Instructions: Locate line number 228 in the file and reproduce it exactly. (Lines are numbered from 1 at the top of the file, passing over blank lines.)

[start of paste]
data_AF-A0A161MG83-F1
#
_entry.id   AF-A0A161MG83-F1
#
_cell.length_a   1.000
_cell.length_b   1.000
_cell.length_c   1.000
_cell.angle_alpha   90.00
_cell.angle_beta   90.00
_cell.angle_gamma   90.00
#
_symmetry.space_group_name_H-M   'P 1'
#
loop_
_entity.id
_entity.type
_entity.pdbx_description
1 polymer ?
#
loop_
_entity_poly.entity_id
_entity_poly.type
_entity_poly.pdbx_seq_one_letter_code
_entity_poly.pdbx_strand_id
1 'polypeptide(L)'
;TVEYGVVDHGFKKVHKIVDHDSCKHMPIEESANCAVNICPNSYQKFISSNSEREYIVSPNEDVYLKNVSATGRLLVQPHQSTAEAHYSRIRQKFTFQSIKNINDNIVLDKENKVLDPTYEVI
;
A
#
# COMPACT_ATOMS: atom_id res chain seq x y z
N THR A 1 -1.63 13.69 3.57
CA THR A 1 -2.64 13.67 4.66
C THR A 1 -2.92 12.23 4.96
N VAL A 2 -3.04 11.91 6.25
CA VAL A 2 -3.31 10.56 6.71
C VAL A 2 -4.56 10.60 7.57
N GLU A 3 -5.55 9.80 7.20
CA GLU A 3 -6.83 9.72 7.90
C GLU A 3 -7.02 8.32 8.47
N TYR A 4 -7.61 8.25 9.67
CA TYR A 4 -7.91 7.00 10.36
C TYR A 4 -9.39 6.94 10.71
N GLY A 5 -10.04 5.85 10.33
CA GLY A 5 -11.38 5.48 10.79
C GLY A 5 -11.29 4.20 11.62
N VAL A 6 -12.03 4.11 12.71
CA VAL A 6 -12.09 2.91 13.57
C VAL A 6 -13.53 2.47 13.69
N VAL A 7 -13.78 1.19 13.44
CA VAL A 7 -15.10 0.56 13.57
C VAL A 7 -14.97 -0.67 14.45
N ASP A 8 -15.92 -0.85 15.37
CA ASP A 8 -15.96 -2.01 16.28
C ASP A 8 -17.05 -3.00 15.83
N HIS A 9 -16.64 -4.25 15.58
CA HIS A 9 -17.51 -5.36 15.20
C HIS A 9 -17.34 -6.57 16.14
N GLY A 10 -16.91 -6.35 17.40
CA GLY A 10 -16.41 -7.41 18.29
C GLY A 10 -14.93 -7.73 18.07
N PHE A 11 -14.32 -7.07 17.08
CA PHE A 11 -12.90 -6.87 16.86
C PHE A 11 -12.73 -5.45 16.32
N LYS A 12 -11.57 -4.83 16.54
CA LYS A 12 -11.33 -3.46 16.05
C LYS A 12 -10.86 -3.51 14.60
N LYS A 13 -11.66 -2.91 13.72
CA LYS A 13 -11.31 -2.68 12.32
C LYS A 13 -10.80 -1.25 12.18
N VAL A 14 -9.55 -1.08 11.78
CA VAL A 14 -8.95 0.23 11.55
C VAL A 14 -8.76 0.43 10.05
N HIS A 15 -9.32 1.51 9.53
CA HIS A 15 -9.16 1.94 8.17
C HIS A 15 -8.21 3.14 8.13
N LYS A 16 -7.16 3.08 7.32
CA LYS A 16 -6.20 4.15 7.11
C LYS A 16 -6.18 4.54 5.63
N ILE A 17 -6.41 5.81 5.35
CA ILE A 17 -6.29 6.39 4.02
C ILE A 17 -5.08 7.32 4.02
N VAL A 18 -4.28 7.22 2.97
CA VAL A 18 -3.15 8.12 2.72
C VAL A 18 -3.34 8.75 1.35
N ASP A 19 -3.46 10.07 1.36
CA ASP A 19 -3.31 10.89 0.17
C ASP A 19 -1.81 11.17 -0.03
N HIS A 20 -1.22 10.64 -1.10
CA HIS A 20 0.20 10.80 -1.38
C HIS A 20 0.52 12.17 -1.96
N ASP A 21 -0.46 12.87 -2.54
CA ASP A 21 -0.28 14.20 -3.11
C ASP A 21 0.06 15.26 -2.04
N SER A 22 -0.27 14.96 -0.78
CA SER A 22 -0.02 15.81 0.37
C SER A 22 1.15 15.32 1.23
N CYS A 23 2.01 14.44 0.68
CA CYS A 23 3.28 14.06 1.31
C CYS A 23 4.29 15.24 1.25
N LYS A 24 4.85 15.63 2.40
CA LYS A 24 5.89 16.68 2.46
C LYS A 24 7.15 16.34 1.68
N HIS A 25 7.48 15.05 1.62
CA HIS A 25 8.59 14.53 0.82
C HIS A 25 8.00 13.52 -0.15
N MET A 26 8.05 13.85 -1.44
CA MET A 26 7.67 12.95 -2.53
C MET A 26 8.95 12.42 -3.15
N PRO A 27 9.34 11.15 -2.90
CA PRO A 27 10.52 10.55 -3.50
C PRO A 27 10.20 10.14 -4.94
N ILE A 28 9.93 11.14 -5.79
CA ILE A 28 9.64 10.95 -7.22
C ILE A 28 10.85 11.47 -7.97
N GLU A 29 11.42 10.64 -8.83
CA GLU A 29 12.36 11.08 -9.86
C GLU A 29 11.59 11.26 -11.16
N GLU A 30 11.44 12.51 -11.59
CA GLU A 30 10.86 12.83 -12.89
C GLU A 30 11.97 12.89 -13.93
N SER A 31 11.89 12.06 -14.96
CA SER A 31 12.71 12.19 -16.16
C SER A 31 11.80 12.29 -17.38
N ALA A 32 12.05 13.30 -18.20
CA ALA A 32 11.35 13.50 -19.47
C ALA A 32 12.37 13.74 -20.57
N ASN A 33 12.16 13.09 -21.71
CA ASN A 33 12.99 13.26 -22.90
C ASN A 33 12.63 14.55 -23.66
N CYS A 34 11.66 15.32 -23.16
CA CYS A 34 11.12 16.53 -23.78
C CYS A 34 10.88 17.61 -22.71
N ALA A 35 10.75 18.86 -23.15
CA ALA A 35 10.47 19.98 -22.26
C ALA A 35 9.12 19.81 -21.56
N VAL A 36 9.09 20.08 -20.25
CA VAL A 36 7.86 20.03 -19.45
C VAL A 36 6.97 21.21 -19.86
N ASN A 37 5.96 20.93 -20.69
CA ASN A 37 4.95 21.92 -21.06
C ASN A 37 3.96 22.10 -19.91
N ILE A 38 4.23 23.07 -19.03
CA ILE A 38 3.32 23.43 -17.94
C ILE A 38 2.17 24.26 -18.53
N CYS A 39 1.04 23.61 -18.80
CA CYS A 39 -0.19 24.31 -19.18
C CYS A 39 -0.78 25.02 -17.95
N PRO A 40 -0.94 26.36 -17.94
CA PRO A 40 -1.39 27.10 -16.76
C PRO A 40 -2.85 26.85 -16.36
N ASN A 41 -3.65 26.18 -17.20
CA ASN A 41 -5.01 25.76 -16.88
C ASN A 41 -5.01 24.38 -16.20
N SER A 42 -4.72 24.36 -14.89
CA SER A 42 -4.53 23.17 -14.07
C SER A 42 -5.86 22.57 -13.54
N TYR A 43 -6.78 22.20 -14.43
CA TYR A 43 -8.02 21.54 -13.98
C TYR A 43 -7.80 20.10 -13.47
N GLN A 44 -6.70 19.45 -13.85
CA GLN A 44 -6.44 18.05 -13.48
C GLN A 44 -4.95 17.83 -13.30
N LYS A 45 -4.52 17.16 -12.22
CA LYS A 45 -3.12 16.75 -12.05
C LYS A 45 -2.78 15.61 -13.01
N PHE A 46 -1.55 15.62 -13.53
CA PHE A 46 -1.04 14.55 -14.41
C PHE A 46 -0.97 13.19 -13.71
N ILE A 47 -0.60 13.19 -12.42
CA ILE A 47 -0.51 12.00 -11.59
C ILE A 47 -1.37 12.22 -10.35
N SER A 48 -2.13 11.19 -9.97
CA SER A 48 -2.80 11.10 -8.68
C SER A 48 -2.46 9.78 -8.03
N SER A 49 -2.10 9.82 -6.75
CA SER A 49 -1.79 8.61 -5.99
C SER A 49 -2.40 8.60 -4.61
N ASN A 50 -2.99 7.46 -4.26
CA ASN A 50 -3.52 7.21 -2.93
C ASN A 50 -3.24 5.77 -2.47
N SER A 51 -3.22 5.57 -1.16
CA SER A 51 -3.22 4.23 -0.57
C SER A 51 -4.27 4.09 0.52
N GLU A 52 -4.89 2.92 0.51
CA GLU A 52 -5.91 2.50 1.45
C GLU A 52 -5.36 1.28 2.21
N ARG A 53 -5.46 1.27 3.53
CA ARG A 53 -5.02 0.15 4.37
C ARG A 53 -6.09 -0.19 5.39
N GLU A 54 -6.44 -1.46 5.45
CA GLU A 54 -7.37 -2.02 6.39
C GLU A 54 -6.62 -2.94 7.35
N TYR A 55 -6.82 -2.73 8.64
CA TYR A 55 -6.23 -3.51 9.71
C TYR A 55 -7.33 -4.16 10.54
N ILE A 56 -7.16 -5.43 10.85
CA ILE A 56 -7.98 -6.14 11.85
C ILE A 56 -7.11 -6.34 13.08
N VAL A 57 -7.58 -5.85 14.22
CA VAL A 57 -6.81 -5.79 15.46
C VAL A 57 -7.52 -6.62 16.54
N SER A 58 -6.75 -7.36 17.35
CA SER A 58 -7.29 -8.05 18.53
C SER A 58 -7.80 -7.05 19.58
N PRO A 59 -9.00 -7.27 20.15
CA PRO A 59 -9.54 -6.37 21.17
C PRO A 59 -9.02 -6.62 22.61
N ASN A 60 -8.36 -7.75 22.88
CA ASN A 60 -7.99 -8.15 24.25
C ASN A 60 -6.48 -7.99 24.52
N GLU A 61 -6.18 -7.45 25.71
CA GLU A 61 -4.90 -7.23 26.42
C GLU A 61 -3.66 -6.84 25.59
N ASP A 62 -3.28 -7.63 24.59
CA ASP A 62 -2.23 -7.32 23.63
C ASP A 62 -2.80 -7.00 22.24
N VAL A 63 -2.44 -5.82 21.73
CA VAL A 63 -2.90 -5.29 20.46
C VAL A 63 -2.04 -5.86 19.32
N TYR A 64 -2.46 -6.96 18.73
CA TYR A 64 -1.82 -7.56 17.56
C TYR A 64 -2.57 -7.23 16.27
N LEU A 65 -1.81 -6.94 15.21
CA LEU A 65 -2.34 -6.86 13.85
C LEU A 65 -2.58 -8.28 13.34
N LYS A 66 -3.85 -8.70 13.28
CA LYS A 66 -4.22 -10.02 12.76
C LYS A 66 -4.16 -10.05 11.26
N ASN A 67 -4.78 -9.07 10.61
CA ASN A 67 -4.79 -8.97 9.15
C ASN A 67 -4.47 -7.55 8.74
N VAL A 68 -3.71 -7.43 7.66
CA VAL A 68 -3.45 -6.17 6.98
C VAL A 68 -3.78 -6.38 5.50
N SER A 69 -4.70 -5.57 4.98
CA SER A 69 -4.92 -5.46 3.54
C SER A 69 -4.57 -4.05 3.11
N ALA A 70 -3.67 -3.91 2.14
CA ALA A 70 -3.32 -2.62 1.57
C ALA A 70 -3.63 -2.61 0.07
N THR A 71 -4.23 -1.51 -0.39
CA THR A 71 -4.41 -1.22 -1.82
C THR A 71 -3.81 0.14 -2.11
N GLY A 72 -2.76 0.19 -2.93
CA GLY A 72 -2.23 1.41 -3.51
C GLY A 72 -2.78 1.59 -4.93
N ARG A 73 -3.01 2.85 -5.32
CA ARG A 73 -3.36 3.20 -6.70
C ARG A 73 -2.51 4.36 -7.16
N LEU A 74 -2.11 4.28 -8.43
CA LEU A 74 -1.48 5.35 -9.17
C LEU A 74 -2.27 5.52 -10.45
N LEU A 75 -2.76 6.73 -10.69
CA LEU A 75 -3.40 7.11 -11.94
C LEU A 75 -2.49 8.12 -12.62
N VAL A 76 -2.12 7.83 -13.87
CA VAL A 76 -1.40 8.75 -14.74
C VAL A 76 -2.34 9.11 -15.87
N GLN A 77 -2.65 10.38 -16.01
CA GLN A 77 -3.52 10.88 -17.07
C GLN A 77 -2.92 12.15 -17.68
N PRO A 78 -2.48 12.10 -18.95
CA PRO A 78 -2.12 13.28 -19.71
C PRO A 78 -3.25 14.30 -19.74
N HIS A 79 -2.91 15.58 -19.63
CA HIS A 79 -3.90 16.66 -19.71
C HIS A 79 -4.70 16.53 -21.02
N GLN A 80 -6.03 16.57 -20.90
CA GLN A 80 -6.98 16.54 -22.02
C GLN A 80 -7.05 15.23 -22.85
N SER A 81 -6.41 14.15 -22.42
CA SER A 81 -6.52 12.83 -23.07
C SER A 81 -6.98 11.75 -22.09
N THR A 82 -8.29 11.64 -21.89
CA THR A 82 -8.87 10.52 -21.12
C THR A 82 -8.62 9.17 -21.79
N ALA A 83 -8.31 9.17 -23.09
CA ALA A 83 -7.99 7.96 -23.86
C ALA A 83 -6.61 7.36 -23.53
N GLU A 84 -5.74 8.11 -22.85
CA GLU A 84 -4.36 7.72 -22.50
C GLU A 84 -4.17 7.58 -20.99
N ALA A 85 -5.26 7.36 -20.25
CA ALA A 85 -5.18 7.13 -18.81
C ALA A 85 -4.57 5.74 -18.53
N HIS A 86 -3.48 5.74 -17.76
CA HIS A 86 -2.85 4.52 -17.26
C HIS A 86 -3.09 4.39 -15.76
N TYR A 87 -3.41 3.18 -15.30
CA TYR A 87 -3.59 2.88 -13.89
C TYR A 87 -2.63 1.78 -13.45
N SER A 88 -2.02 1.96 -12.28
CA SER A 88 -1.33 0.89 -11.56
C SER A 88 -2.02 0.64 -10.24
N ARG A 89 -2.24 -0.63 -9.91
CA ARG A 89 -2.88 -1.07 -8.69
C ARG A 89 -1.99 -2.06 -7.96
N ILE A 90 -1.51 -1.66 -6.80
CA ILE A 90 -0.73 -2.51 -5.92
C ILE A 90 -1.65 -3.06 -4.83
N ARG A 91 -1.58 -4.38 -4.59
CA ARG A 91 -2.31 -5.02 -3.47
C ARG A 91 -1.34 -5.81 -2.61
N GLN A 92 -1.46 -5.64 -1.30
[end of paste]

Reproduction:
C LYS A 66 -4.16 -10.05 11.26